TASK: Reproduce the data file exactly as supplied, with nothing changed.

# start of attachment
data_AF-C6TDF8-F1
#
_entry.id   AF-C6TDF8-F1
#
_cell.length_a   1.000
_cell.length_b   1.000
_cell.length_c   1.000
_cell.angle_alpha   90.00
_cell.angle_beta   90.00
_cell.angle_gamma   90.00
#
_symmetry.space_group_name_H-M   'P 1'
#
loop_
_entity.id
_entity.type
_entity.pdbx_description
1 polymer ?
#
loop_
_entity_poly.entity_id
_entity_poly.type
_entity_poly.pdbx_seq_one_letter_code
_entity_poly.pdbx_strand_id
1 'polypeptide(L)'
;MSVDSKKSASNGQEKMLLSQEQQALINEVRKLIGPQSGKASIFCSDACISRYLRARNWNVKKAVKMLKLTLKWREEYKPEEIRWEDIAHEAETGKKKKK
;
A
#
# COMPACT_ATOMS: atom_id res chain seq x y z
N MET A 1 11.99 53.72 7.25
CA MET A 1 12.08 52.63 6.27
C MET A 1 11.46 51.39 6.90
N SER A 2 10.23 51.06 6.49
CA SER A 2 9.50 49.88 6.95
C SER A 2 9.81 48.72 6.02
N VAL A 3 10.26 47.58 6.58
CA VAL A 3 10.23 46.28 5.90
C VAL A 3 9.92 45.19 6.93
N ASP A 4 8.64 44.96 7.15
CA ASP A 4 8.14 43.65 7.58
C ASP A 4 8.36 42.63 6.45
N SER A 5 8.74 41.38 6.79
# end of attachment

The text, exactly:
data_AF-C6TDF8-F1
#
_entry.id   AF-C6TDF8-F1
#
_cell.length_a   1.000
_cell.length_b   1.000
_cell.length_c   1.000
_cell.angle_alpha   90.00
_cell.angle_beta   90.00
_cell.angle_gamma   90.00
#
_symmetry.space_group_name_H-M   'P 1'
#
loop_
_entity.id
_entity.type
_entity.pdbx_description
1 polymer ?
#
loop_
_entity_poly.entity_id
_entity_poly.type
_entity_poly.pdbx_seq_one_letter_code
_entity_poly.pdbx_strand_id
1 'polypeptide(L)'
;MSVDSKKSASNGQEKMLLSQEQQALINEVRKLIGPQSGKASIFCSDACISRYLRARNWNVKKAVKMLKLTLKWREEYKPEEIRWEDIAHEAETGKKKKK
;
A
#
# COMPACT_ATOMS: atom_id res chain seq x y z
N MET A 1 11.99 53.72 7.25
CA MET A 1 12.08 52.63 6.27
C MET A 1 11.46 51.39 6.90
N SER A 2 10.23 51.06 6.49
CA SER A 2 9.50 49.88 6.95
C SER A 2 9.81 48.72 6.02
N VAL A 3 10.26 47.58 6.58
CA VAL A 3 10.23 46.28 5.90
C VAL A 3 9.92 45.19 6.93
N ASP A 4 8.64 44.96 7.15
CA ASP A 4 8.14 43.65 7.58
C ASP A 4 8.36 42.63 6.45
N SER A 5 8.74 41.38 6.79